Most people use about ten watts of energy to power their brain. When reading, dyslexics use five times more energy than fluent readers or 50 watts – about the same amount of energy as is needed to power a laptop computer!

To make reading automatic — to turn letters into a sight word — dyslexic readers have to see a word many more times than non-dyslexics do. But eventually, you being to recognize words without decoding them every time.

“Because of the dyslexia I always thought I had to work twice as hard as everyone else just to go the same distance.”

– Orlando Bloom, star of Lord of the Rings, Pirates of the Caribbean, and Blackhawk Down

For many dyslexics, reading may always be slow. It may never be fun. Writing may always have mistakes. Those are hard facts for you to deal with.

But dyslexics have other strengths.

References

Armstrong, Thomas. 2003. “Coming to Grips with the Musculature of Words.” In The Multiple Intelligences of Reading and Writing: Making the Words Come Alive.
Association for Supervision & Curriculum Development. http://www.ascd.org/publications/books/102280/chapters/Coming-to-Grips-with-the-Musculature-of-Words.aspx.

Beilock, Sian. 2010. Choke: What the Secrets of the Brain Reveal about Getting It Right When You Have To. 1st Free Press hardcover ed. New York: Free Press.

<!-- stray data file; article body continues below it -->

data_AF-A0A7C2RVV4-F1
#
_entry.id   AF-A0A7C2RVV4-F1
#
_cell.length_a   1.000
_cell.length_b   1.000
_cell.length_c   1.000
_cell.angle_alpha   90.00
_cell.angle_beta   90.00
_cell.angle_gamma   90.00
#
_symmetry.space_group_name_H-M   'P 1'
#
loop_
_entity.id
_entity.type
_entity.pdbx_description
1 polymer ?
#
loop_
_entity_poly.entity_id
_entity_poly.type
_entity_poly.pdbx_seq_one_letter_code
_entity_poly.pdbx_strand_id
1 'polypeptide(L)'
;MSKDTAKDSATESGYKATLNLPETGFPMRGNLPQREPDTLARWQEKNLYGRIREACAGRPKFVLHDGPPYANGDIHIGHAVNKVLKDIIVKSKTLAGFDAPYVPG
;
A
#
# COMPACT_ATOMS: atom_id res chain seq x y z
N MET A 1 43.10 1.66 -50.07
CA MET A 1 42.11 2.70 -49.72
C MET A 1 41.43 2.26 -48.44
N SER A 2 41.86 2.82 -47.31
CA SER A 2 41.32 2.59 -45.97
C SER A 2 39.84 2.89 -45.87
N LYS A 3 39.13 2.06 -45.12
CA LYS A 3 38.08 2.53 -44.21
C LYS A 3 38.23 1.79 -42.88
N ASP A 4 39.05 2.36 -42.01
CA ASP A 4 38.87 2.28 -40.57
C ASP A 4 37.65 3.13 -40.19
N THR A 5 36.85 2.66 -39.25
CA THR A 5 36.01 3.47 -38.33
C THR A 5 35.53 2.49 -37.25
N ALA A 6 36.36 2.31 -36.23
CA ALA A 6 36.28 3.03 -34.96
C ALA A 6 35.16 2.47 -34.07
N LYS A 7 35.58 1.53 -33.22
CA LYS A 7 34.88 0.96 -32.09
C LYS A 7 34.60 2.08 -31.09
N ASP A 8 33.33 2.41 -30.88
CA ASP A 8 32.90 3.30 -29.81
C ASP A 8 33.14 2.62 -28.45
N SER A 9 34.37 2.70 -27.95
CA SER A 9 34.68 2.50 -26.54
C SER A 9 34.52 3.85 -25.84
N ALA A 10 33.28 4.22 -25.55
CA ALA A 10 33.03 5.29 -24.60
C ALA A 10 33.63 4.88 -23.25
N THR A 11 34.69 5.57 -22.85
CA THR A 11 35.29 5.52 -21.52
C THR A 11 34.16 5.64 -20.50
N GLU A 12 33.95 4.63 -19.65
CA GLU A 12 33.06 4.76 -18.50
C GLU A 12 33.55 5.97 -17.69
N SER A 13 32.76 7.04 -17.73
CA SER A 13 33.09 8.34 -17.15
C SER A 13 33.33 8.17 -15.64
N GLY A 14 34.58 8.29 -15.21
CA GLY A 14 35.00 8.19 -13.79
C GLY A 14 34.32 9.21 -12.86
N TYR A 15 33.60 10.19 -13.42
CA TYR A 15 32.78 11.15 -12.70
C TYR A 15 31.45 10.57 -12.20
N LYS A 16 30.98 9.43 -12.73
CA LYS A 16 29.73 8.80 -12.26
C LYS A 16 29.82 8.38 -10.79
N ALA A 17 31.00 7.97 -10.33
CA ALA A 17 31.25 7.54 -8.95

Bloom, Orlando. “Orlando Bloom.” Search Quotes. Accessed November 9, 2017a. http://www.searchquotes.com/quotation/Because_of_the_dyslexia_I_always_thought_I_had_to_work_twice_as_hard_as_everyone_else_just_to_go_the/340019/.

Eide, Brock, and Fernette Eide. 2011. The Dyslexic Advantage: Unlocking the Hidden Potential of the Dyslexic Brain. New York: Hudson Street Press.

Nicolson, Rod, and Angela Fawcett. 2008. Dyslexia, Learning, and the Brain. Cambridge, Mass: MIT Press.

Shaywitz, Sally E. 1996. “Dyslexia.” Scientific American, 1996:98-104.

———. 2003. Overcoming Dyslexia: A New and Complete Science-Based Program for Reading Problems at Any Level. 1st ed. New York: Knopf.

“Dyslexic Kids’ Brains Work Harder.” 1999. University of Washington Alumni Magazine. Learning Curves. October 6, 1999. https://www.washington.edu/alumni/columns/dec99/dyslexia.html.

Wolf, Maryanne. 2007. Proust and the Squid: The Story and Science of the Reading Brain. 1st ed. New York, N.Y.: Harper.

Wood, Tracey. 2006. Overcoming Dyslexia for Dummies. – For Dummies. Hoboken, NJ: Wiley.

Zimmer, Carl. 2006. “You’re a Dim Bulb (And I Mean That in the Best Possible Way).” The Loom. DISCOVER Magazine. March 23, 2006. http://blogs.discovermagazine.com/loom/?p=359.

HOW WE LEARN TO READ

For most people learning to read is just like learning to do any other skill. Beginning readers:

            Left HemisphereRight Hemisphere
 1) see the letters and hear the sounds
 2) attach the sounds to the letters
3) practice putting sounds to groups of
letters as words
 
4) create scripts that tell them what
the words mean — turn them into sight
words.